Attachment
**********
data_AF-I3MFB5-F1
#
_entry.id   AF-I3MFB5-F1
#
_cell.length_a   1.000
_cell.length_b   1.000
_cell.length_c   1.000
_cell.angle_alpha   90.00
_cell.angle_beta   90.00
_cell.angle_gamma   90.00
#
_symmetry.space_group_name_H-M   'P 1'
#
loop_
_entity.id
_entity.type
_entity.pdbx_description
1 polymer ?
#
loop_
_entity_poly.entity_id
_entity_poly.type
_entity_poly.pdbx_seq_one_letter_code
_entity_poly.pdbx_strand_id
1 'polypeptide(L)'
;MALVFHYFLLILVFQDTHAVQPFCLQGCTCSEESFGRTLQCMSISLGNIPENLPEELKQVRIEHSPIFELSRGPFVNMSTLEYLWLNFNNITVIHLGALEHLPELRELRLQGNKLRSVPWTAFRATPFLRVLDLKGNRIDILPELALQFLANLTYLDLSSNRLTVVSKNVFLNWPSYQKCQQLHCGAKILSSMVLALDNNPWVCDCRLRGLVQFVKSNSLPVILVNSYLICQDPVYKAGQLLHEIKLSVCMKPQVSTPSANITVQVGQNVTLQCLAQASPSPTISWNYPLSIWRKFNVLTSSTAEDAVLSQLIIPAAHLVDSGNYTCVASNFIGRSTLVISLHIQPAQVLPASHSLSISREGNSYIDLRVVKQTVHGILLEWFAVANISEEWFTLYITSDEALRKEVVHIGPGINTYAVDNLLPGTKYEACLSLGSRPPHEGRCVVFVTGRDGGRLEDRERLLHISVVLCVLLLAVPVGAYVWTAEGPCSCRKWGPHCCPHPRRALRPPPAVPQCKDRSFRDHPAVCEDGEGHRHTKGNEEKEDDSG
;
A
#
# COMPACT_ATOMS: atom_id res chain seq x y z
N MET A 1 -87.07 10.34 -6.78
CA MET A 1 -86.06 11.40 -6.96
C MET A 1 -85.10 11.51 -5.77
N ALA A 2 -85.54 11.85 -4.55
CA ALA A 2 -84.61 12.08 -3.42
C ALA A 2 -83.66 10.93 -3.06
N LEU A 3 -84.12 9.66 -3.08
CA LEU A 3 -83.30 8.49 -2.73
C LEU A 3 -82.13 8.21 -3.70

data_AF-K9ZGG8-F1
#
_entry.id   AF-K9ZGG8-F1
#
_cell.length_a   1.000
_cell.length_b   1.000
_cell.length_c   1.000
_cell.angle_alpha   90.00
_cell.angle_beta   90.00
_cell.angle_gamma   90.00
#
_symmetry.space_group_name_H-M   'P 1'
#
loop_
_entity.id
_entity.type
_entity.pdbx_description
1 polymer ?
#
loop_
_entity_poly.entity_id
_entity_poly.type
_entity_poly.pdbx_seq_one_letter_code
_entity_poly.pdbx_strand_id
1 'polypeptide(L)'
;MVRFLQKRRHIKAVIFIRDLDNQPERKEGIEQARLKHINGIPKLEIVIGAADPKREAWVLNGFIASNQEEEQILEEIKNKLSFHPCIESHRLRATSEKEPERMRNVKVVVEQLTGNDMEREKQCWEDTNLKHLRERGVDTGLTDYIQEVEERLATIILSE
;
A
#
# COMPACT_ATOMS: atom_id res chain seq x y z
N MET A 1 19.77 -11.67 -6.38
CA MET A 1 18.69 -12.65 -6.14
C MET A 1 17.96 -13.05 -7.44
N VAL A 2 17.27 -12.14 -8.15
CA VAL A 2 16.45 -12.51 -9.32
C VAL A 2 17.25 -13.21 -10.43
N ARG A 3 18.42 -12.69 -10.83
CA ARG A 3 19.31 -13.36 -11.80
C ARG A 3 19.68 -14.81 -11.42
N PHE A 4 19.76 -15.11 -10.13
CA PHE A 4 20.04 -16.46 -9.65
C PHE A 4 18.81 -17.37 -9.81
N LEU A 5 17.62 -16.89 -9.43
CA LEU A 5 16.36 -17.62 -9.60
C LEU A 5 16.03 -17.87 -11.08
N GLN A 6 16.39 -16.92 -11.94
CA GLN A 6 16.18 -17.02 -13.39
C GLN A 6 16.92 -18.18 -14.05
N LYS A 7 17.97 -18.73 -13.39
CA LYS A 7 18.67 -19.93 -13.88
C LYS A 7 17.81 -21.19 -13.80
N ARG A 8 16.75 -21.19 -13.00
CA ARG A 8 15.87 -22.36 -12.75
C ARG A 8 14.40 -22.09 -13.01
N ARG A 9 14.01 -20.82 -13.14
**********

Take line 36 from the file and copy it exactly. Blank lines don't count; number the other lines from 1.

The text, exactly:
C ALA A 2 -83.66 10.93 -3.06